(July 13, 2012) -- Former UTSA Police Chief Manuel Chavez died Wednesday, July 11 at age 81.
On April 20, 1973, Chavez was appointed by then UTSA President Peter T. Flawn as UTSA's first chief of police. When appointed, the UTSA Police Department consisted of one chief, one sergeant, three patrolmen and 10 uniformed guards. They provided security to the UTSA campus, the Lutcher Center in Terrell Hills and the Institute of Texan Cultures. At the time, there was no on-campus housing or a Downtown Campus. When Chavez retired in 1994, after serving for 21 years, there were nearly 30 police officers employed by the department and the student population had more than tripled.
Chavez also served for 17 years in the 1950s and 1960s as a patrolman and lieutenant of detectives at the Harlingen Police Department, then as chief of police at the Pharr Police Department. A graduate of the FBI National Academy, he was a member of the Texas Police Chiefs Association and served as president of the Harlingen Jaycees and Boys Club of Harlingen.
One of the few remaining UTSA Police Department employees who worked with Chavez is Captain Douglas Sonego, who said, “Virtually everyone at UTSA who knew and worked with Chief Chavez liked and respected him as a person and for his fairness and common-sense approach. Chief Chavez gave me my start in law enforcement and allowed me to learn as an officer and as a detective through hard knocks, which helped me to grow as an officer and as a person. I was very fortunate that he was my first chief."
A funeral service will be at 10 a.m., Saturday, July 14 at the Rudy Garza Funeral Home, 1702 E. Harrison St. in Harlingen. There will be a graveside service in San Antonio at 10 a.m., Monday, July 16 at Holy Cross Cemetery, 17501 Nacogdoches Road.
Join the Center for Military Families for a panel on Politics in the Service of Military Families, featuring Cedric Leighton, David Splitter, Steve Huerta, and the Office of Congressman Henry Cuellar. The event is free and open to the public.
Buena Vista Street Building, Aula Canaria Lecture Hall (BVB 1.328), Downtown Campus
UTSA Dance classes will take the stage and share their talents and passion for dance! Come support our growing dance program! $10 admission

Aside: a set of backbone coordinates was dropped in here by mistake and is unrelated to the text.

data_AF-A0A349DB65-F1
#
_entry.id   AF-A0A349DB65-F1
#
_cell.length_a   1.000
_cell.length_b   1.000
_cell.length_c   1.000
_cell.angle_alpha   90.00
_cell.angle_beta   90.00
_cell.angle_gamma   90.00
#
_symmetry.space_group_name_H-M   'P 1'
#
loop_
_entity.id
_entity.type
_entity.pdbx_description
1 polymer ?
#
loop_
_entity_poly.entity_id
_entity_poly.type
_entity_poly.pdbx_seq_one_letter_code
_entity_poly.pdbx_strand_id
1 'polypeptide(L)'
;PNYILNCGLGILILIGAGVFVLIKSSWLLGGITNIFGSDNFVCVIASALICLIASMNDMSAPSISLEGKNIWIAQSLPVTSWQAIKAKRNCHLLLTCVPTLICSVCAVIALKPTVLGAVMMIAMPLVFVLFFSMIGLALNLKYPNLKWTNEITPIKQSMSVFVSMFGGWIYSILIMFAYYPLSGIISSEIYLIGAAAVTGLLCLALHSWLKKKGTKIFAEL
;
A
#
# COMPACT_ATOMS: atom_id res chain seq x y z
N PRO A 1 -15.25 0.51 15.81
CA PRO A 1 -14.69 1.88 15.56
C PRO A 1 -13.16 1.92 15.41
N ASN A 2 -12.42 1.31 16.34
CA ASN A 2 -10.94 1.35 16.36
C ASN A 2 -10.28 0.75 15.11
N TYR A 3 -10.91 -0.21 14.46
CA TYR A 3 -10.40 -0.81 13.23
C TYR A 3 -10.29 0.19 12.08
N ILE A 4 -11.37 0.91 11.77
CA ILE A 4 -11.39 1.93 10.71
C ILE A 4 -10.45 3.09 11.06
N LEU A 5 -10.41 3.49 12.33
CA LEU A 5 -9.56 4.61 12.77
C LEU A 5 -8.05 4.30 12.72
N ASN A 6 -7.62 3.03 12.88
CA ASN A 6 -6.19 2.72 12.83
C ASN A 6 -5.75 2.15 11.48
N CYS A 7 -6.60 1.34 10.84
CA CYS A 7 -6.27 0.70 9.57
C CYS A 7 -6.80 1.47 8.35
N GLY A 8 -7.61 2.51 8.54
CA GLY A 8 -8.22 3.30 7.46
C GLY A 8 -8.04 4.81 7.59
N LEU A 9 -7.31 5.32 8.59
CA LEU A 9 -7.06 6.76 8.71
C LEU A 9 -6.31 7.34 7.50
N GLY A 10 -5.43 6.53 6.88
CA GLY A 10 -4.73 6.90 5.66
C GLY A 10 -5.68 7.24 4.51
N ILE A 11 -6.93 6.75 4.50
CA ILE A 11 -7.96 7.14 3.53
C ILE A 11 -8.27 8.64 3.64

Buena Vista Street Building Theater (BVB 1.326), Downtown Campus
This panel presentation will look at the history of the YWCA and the impact the organization has had on women in the San Antonio community.
McKinney Humanities Building (MH 2.02.10), Main Campus
The Demography Lecture Series continues with Dr. Barbara Bird of American University. Her topic focuses on Insights Into a Hard to Find Population: Latino Entrepreneurs in Metro Washington, D.C. Event is free and open to the public. Parking is available in the pay stall spaces of the Monterrey surface lot.
Monterrey Building (MNT 3.240), Downtown Campus
This video tells the story of four Latina lesbians who fought for exoneration after being wrongfully convicted of sexually assaulting two girls during the Satanic Panic witch-hunt era of the 1980s and 1990s.
North Paseo Building (NPB 1.114), Main Campus
Tejana/Indígena author Ire'ne Lara Ailva will read from her latest work and discuss her approach to reimagining Tejan@ myths.
Main Building (MB 2.404), Main Campus
Muralist Crystal Arias will discuss her current mural "Cultivate the Past to Prestige" at La India Herbs and themes she utilizes in her other works.
McKinney Humanities Building (MH 3.02.26), Main Campus
The UTSA Department of Modern Languages and Literatures is a co-sponsor of the CARTA 19th Annual Conference. The group meets annually to exchange educational programs, ideas, and techniques and to network with other teachers of Russian. Registration required.
DoubleTree by Hilton, Downtown San Antonio
The University of Texas at San Antonio is dedicated to the advancement of knowledge through research and discovery, teaching and learning, community engagement and public service. As an institution of access and excellence, UTSA embraces multicultural traditions and serves as a center for intellectual and creative resources as well as a catalyst for socioeconomic development and the commercialization of intellectual property - for Texas, the nation and the world.
To be a premier public research university, providing access to educational excellence and preparing citizen leaders for the global environment.
We encourage an environment of dialogue and discovery, where integrity, excellence, inclusiveness, respect, collaboration and innovation are fostered.